Will Seattle head tax money go toward funding safe injection sites? One council member says no

SEATTLE -- It's no secret that many Seattle city leaders support the idea of a safe injection site or what the city is now calling Community Health Engagement Location.

But some are questioning the funding moving forward, saying there is a lack of transparency whether Seattle head tax dollars will be used to fund the site.

Three days after the head tax passed, City Councilmember Teresa Mosqueda in a meeting promoted the use of mobile health vans to reach those living on the streets.

“I would encourage all of our staff and community to take a look at the medical mobile van as we look at possibility for getting those who are on the streets,” Mosqueda said.

When Seattle resident Jennifer Aspelund heard that, she wondered if that was code for a mobile van serving as a safe injection site and whether head tax dollars would go to pay for it.

“Quit word-smithing it. If that’s what you are going to use it for, tell the public that’s what you are going to use it for, it’s tax dollars,” Aspelund said.

So Q13 News went looking for answers on Tuesday.

The Department of Human Services confirmed that they are looking into the idea of obtaining an additional mobile health van to be used as a safe injection site. And that Mosqueda on May 17 did ask for more information on the idea.

The city says it's one of several ideas to bring a fixed safe consumption site to Seattle. Supporters say by supervising people shooting up heroin, it could save lives and allow for more outreach for those addicted.

“They are having the discussion,” Aspelund said.

But Aspelund says this is another example of the city having a discussion with little transparency.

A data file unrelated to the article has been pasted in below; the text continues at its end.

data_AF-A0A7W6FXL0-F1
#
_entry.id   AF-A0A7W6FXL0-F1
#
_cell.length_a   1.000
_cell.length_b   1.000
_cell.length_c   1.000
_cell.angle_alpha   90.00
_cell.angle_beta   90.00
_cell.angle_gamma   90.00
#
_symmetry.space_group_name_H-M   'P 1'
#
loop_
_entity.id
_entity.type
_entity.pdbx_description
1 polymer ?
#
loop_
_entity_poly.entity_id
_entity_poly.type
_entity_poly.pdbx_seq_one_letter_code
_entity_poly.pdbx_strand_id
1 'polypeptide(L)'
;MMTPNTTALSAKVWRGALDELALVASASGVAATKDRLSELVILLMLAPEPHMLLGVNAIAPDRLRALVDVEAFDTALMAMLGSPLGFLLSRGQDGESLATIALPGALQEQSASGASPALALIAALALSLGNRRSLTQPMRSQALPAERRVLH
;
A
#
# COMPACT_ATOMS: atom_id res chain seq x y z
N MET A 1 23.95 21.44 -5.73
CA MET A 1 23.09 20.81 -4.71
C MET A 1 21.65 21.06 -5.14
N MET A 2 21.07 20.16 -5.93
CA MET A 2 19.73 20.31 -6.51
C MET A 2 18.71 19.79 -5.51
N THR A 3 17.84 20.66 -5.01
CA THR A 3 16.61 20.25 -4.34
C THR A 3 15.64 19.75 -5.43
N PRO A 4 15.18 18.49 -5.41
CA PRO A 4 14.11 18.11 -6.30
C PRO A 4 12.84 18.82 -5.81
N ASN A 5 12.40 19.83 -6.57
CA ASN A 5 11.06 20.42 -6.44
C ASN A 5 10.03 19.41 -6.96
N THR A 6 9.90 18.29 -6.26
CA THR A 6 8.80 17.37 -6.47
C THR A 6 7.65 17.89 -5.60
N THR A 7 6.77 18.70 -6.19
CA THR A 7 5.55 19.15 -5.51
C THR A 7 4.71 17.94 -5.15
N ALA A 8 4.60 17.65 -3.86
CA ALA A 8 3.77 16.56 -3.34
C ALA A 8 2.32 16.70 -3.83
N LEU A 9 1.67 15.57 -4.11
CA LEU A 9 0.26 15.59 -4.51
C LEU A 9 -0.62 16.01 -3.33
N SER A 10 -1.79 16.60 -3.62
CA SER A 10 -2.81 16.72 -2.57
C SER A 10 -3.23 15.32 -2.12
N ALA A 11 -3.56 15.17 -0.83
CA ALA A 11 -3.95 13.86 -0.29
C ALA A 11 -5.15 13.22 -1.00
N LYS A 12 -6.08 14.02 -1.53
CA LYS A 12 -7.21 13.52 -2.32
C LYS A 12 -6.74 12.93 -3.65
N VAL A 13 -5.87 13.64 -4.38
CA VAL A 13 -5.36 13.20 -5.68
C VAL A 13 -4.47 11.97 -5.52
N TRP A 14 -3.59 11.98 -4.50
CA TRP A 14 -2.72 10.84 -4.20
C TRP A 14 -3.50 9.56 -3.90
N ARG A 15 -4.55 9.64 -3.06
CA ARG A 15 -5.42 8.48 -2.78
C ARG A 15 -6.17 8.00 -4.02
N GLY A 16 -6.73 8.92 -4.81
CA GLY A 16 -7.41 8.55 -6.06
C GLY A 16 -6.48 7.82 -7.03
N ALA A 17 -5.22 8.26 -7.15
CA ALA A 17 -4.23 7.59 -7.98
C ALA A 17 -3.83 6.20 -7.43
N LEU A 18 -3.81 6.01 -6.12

“The public is going to be hoodwinked because there is no transparency,” Aspelund said.

We did get in touch with Mosqueda over the phone on Tuesday who provided details and clarification on the issue. Mosqueda does support the safe consumption model but she says she and others are not formally committed to the mobile van idea. She also emphasized that the mobile medical van was one of several options on the table.

We also inquired about a spending proposal provided by council prior to the head tax that mentioned an extra medical van as one of the items under intersecting needs. That spending proposal is what had some assuming that the council was trying to fund safe injection sites.

But Mosqueda clarified that the final spending proposal did not have that language in it.

She also says the medical van was not for safe injections.

Department of Human Services says the council already allocated $1.3 million for this year for safe injection sites.

When we reached out to the Mayor’s Office to confirm the head tax spending issue, they said because the 2019 budget has not been drafted they could not say for sure that head tax dollars would never go toward a safe injection model.

But Mosqueda’s position is that it won’t. Any budget proposal would have to by approved by council.

Many who oppose the head tax say there is a lot of distrust because when the city passed the head tax they also passed a non-binding spending proposal. Council members said they would have to have further discussions to iron out where all the money is going.

Council has promised to use two-thirds of the $50 million a year to build affordable housing to fight homelessness.

But some say it’s the other third of the funding that still brings up a lot of questions.